The first error is because setAudioStartTime requires a 2nd argument of the start time! The 2nd error is because the argument passed in isn’t correct - it just needs a number instead of an object. And the last error is because showLeftNav doesn’t require data passed in. Both of these can be simply fixed to the following:

One other note - the isAny helper type from code above was imported from type-fest, a type utility library. I find this library helpful in any typescript project, but you could also just copy the helper yourself. It just makes the code a bit cleaner without more layers of nested ternaries.

So now we have a type-safe helper utility to dispatch events! This will help keep the code robust and help catch bugs by preventing incorrectly fired (or consumed) events.


One other note I wanted to add was why I chose the extra step of:

declare global {
  interface CustomEventMap {
    showLeftNav: CustomEvent;
    setAudioStartTime: CustomEvent<number>;

declare global {
  interface WindowEventMap extends CustomEventMap {}

You could technically just have all of your custom events in one file somewhere and then implement like:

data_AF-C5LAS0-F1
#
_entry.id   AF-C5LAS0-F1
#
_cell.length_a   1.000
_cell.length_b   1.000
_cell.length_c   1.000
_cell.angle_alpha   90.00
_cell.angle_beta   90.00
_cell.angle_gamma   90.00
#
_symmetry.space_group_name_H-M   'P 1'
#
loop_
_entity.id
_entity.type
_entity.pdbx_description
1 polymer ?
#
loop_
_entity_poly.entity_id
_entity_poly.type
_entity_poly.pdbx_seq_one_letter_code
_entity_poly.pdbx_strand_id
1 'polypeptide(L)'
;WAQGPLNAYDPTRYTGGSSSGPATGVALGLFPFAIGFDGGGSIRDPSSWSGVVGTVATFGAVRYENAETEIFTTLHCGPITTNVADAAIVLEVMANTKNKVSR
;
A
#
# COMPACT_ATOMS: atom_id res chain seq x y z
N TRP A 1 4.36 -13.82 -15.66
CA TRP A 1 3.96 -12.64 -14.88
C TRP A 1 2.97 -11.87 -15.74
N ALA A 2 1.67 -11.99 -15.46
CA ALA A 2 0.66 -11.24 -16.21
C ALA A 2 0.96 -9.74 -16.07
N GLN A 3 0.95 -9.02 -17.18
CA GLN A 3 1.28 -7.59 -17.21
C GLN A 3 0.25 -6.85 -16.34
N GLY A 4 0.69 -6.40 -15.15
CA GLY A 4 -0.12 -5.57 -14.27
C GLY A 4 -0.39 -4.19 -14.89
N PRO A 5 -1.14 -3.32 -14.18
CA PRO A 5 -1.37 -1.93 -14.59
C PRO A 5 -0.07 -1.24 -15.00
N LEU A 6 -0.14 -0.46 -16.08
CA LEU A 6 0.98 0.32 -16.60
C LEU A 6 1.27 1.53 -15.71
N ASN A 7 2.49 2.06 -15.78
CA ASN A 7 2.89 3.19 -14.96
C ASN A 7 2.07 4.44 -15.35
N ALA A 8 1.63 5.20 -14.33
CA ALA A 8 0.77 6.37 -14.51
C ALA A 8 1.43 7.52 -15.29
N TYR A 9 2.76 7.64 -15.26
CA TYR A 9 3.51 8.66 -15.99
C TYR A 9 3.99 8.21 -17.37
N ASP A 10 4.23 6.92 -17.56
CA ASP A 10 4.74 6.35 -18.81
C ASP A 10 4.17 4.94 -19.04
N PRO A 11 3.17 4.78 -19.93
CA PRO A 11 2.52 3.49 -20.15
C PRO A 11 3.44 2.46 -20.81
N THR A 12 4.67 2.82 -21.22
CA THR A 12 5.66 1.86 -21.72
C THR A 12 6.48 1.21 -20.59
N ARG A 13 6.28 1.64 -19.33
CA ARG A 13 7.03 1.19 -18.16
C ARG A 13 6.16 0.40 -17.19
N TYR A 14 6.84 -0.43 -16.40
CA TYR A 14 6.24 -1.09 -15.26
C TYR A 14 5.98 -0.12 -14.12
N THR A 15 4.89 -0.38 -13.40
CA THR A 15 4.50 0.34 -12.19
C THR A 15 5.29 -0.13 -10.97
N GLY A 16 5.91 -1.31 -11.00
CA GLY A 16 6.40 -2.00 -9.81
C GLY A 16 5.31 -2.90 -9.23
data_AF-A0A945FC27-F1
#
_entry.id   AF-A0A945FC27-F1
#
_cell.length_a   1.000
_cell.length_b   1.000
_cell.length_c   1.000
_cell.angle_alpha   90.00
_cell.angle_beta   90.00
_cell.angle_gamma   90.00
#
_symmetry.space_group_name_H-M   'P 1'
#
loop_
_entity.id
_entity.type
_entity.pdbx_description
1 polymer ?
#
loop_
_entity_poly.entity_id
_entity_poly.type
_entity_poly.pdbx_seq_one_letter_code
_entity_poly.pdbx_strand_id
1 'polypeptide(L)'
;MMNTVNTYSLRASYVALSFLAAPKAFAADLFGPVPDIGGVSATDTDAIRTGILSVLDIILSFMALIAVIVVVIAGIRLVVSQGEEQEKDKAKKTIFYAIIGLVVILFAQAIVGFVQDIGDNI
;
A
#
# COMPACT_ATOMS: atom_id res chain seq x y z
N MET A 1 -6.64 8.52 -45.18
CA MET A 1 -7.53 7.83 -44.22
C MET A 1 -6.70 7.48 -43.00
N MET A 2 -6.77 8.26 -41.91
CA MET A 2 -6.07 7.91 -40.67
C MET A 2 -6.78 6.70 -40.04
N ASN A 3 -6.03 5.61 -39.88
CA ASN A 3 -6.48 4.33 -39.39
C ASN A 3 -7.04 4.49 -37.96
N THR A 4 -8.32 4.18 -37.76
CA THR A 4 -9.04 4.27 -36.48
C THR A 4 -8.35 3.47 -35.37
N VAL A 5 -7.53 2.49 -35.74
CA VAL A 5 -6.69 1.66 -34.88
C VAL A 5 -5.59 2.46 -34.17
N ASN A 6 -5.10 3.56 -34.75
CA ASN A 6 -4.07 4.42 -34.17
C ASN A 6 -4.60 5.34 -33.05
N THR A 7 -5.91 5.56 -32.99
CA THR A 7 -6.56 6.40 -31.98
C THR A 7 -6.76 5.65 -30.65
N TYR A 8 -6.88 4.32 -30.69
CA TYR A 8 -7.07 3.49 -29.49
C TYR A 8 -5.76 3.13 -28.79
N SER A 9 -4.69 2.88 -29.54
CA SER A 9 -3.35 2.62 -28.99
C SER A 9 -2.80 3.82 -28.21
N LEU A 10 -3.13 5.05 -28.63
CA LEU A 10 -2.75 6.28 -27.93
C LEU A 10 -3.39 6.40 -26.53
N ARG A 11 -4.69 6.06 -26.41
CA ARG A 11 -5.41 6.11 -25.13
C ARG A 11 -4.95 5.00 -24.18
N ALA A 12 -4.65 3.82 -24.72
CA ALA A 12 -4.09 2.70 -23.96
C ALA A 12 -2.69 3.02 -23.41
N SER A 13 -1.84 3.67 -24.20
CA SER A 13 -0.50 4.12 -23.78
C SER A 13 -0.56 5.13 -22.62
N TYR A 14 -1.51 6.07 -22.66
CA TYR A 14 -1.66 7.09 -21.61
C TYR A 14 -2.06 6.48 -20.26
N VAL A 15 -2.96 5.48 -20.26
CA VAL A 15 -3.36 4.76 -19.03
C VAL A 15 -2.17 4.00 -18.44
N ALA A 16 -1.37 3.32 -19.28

declare global {
  interface WindowEventMap {
    showLeftNav: CustomEvent;
    setAudioStartTime: CustomEvent<number>;

But In my opinion it’s easier if you can define events in multiple files, wherever the event is used, instead of one big list of events. I think this follows the best practice of colocation - which I linked to the popular Kent C. Dodds blog.

Do you even need this?

It’s worth mentioning that many apps wouldn’t even need to handle custom events like this at all. Firing too many custom events could lead to the same confusion as with Backbone - where events can be hard to trace down sometimes. Redux doesn’t exactly recommend this approach - copied from the link:

While this pattern is possible, we do not necessarily recommend doing this! The React and Redux communities have always tried to emphasize basing behavior on state as much as possible. Having React components directly tie into the Redux action dispatch pipeline could potentially lead to codebases that are more difficult to maintain.

Currently at Logikcull, we have around 10 custom events used, which I feel are all warranted. The 2 used as examples in this blog post are both real events taken from Logikcull’s codebase. The showLeftNav event (also had a hideLeftNav) was useful for allowing far different parts of the app to trigger the nav menu to expand/close. The setAudioStartTime was useful for allowing a user to click a section of a transcript and updating the play-time in the audio player. Both of these specific cases seemed best handled as global events for the following reasons:

As always, there are multiple solutions for any given problem. Dispatching custom events is just another tool in the toolbox that can be used.